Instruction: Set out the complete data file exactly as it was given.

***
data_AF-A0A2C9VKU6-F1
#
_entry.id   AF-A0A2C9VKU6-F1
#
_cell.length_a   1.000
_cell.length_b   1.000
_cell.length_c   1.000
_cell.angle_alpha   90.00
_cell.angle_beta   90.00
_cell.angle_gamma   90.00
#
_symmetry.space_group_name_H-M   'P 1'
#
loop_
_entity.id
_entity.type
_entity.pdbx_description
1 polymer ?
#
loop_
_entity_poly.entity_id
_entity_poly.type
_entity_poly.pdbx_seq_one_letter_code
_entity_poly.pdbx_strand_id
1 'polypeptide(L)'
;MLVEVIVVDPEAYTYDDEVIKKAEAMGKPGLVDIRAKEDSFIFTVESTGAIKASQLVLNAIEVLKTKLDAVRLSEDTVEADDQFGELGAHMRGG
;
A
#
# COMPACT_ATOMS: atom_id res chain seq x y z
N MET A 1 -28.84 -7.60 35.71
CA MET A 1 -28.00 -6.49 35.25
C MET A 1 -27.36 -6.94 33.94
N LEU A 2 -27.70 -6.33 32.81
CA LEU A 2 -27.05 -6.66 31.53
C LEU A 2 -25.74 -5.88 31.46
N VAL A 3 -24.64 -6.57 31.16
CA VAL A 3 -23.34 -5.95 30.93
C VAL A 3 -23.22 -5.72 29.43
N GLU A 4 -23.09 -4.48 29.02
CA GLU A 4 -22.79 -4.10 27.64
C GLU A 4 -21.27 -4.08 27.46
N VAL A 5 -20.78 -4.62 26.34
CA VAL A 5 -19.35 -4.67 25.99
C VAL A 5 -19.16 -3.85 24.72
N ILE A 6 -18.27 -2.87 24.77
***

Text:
data_AF-A0A2C9VKU6-F1
#
_entry.id   AF-A0A2C9VKU6-F1
#
_cell.length_a   1.000
_cell.length_b   1.000
_cell.length_c   1.000
_cell.angle_alpha   90.00
_cell.angle_beta   90.00
_cell.angle_gamma   90.00
#
_symmetry.space_group_name_H-M   'P 1'
#
loop_
_entity.id
_entity.type
_entity.pdbx_description
1 polymer ?
#
loop_
_entity_poly.entity_id
_entity_poly.type
_entity_poly.pdbx_seq_one_letter_code
_entity_poly.pdbx_strand_id
1 'polypeptide(L)'
;MLVEVIVVDPEAYTYDDEVIKKAEAMGKPGLVDIRAKEDSFIFTVESTGAIKASQLVLNAIEVLKTKLDAVRLSEDTVEADDQFGELGAHMRGG
;
A
#
# COMPACT_ATOMS: atom_id res chain seq x y z
N MET A 1 -28.84 -7.60 35.71
CA MET A 1 -28.00 -6.49 35.25
C MET A 1 -27.36 -6.94 33.94
N LEU A 2 -27.70 -6.33 32.81
CA LEU A 2 -27.05 -6.66 31.53
C LEU A 2 -25.74 -5.88 31.46
N VAL A 3 -24.64 -6.57 31.16
CA VAL A 3 -23.34 -5.95 30.93
C VAL A 3 -23.22 -5.72 29.43
N GLU A 4 -23.09 -4.48 29.02
CA GLU A 4 -22.79 -4.10 27.64
C GLU A 4 -21.27 -4.08 27.46
N VAL A 5 -20.78 -4.62 26.34
CA VAL A 5 -19.35 -4.67 25.99
C VAL A 5 -19.16 -3.85 24.72
N ILE A 6 -18.27 -2.87 24.77